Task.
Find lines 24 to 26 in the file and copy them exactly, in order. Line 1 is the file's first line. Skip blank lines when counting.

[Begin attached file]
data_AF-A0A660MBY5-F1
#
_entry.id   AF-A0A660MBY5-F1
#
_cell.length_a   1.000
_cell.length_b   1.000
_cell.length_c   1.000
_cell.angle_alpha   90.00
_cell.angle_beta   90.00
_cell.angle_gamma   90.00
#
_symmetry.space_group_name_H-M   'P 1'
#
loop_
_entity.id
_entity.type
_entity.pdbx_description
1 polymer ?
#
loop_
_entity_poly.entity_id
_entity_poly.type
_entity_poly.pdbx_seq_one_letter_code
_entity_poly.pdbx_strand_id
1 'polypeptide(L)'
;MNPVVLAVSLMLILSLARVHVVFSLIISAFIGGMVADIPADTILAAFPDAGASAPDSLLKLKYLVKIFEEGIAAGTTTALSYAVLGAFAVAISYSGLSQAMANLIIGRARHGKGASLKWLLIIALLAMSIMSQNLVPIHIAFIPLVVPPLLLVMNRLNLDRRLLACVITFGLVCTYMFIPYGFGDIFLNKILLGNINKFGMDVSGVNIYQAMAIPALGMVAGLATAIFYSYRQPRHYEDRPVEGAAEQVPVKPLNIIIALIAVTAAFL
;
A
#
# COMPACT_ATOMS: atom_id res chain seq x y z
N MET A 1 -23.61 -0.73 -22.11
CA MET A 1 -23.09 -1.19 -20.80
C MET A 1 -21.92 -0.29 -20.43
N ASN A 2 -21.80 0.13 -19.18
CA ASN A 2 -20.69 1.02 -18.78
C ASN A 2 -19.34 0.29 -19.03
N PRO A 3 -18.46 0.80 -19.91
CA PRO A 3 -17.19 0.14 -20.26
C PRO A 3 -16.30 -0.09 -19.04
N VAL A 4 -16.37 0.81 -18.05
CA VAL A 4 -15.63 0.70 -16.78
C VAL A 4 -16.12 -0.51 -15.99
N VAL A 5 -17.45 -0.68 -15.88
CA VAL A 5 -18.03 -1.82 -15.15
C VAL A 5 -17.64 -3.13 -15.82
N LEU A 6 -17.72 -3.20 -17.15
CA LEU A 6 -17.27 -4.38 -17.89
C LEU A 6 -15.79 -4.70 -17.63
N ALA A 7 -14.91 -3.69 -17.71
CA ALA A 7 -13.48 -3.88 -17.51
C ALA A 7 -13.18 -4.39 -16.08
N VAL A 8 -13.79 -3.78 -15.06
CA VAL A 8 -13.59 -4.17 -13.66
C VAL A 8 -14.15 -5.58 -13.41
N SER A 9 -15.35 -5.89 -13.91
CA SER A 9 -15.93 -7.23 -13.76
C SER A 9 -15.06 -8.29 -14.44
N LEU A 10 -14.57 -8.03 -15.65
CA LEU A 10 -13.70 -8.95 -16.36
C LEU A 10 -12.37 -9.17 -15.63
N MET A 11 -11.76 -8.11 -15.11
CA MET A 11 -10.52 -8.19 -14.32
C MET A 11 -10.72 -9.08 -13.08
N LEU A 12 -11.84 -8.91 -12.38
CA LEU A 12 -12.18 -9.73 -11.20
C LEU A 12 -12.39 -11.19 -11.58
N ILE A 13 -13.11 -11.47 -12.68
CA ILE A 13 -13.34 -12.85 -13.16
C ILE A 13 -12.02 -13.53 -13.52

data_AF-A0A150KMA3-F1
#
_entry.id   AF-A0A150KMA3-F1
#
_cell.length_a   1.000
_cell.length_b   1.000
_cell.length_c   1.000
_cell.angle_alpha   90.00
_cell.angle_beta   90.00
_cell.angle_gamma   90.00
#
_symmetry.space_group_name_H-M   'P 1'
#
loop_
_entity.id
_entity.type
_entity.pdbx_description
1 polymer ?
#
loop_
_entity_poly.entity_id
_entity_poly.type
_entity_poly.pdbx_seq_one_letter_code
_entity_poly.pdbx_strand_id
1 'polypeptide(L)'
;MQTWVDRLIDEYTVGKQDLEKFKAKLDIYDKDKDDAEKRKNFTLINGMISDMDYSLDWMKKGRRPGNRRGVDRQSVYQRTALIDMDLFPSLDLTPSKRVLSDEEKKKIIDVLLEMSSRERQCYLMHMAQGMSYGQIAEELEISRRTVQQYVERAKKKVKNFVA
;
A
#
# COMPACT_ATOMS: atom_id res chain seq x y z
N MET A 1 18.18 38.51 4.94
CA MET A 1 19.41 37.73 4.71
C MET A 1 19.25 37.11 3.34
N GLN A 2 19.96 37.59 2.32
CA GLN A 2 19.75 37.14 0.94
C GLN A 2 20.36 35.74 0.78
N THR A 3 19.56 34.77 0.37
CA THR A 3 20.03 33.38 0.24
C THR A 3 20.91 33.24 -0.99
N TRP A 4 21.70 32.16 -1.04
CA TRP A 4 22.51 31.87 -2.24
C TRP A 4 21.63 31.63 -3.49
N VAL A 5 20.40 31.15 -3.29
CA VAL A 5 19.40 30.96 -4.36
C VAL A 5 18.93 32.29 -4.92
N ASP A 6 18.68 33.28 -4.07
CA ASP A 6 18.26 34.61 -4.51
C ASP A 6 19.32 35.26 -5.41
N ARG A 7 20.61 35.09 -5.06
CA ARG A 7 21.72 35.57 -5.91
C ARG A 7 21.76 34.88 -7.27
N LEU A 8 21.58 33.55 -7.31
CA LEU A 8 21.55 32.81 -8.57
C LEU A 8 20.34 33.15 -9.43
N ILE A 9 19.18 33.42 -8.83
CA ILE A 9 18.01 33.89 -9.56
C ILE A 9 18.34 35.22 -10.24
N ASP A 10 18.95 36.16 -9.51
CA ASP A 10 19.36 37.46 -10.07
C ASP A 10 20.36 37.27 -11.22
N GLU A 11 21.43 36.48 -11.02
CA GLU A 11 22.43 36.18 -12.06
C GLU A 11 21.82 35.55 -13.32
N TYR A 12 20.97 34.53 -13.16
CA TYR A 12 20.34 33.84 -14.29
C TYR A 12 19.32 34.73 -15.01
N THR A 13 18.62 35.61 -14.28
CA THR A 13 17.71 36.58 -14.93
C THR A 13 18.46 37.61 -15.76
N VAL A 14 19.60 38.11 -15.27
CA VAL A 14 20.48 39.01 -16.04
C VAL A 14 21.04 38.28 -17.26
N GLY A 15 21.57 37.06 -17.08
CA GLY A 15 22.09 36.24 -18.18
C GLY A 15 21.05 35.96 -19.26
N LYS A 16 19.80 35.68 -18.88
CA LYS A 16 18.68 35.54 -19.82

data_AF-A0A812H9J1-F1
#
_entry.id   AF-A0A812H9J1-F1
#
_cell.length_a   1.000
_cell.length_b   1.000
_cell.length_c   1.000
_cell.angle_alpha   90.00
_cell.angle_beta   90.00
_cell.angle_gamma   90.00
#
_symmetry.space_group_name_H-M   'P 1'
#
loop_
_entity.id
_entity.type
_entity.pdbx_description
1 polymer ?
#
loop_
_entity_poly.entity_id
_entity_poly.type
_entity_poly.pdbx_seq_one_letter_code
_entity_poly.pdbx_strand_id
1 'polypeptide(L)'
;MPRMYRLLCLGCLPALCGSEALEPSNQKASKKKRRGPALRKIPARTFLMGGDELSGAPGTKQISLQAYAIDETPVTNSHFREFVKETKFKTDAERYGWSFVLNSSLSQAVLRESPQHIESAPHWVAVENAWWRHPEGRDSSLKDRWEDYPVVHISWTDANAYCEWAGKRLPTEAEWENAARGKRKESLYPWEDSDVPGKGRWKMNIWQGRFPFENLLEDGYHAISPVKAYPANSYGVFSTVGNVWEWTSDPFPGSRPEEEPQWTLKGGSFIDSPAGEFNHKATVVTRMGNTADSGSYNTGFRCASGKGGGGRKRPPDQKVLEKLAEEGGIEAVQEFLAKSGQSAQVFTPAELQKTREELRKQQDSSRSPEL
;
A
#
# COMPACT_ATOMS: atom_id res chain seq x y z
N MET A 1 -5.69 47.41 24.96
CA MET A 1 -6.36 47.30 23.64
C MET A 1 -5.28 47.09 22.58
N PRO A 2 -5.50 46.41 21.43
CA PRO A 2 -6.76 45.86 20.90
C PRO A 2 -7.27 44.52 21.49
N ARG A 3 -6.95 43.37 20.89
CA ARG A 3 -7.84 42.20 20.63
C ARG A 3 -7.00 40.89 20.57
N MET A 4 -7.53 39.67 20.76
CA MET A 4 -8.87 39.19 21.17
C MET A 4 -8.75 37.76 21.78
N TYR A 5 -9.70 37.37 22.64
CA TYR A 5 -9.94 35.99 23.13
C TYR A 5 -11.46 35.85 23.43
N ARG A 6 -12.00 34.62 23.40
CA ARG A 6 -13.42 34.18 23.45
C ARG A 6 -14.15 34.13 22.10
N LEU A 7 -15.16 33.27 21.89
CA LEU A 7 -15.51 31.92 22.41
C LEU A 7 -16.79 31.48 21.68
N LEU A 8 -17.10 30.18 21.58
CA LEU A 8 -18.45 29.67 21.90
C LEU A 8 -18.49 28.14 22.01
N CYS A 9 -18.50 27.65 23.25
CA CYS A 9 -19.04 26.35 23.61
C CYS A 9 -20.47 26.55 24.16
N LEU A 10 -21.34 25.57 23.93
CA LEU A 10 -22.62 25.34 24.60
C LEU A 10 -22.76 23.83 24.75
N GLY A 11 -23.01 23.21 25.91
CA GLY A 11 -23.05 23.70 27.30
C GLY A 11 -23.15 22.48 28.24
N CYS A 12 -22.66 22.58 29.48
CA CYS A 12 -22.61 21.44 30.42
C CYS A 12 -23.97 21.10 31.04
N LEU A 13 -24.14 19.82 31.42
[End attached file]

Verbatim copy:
_entity_poly.pdbx_strand_id
1 'polypeptide(L)'
;MNPVVLAVSLMLILSLARVHVVFSLIISAFIGGMVADIPADTILAAFPDAGASAPDSLLKLKYLVKIFEEGIAAGTTTALSYAVLGAFAVAISYSGLSQAMANLIIGRARHGKGASLKWLLIIALLAMSIMSQNLVPIHIAFIPLVVPPLLLVMNRLNLDRRLLACVITFGLVCTYMFIPYGFGDIFLNKILLGNINKFGMDVSGVNIYQAMAIPALGMVAGLATAIFYSYRQPRHYEDRPVEGAAEQVPVKPLNIIIALIAVTAAFL